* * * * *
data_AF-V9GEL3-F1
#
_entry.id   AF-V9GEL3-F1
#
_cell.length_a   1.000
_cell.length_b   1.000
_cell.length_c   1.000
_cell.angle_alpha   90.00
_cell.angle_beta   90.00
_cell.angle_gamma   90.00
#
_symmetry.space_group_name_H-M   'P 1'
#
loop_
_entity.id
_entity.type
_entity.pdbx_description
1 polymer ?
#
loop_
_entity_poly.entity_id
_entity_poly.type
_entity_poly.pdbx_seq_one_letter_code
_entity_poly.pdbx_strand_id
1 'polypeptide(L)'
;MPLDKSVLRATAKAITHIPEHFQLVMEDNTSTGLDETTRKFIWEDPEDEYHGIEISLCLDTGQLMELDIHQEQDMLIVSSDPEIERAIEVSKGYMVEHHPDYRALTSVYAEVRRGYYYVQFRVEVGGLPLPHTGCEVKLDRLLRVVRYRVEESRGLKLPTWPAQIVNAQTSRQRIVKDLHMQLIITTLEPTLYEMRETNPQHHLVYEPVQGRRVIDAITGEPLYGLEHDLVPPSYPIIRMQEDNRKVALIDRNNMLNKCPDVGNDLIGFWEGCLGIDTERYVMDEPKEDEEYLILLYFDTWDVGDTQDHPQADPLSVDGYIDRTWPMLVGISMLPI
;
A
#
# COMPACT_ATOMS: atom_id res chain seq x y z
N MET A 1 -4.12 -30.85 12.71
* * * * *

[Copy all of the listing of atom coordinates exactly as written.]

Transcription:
data_AF-V9GEL3-F1
#
_entry.id   AF-V9GEL3-F1
#
_cell.length_a   1.000
_cell.length_b   1.000
_cell.length_c   1.000
_cell.angle_alpha   90.00
_cell.angle_beta   90.00
_cell.angle_gamma   90.00
#
_symmetry.space_group_name_H-M   'P 1'
#
loop_
_entity.id
_entity.type
_entity.pdbx_description
1 polymer ?
#
loop_
_entity_poly.entity_id
_entity_poly.type
_entity_poly.pdbx_seq_one_letter_code
_entity_poly.pdbx_strand_id
1 'polypeptide(L)'
;MPLDKSVLRATAKAITHIPEHFQLVMEDNTSTGLDETTRKFIWEDPEDEYHGIEISLCLDTGQLMELDIHQEQDMLIVSSDPEIERAIEVSKGYMVEHHPDYRALTSVYAEVRRGYYYVQFRVEVGGLPLPHTGCEVKLDRLLRVVRYRVEESRGLKLPTWPAQIVNAQTSRQRIVKDLHMQLIITTLEPTLYEMRETNPQHHLVYEPVQGRRVIDAITGEPLYGLEHDLVPPSYPIIRMQEDNRKVALIDRNNMLNKCPDVGNDLIGFWEGCLGIDTERYVMDEPKEDEEYLILLYFDTWDVGDTQDHPQADPLSVDGYIDRTWPMLVGISMLPI
;
A
#
# COMPACT_ATOMS: atom_id res chain seq x y z
N MET A 1 -4.12 -30.85 12.71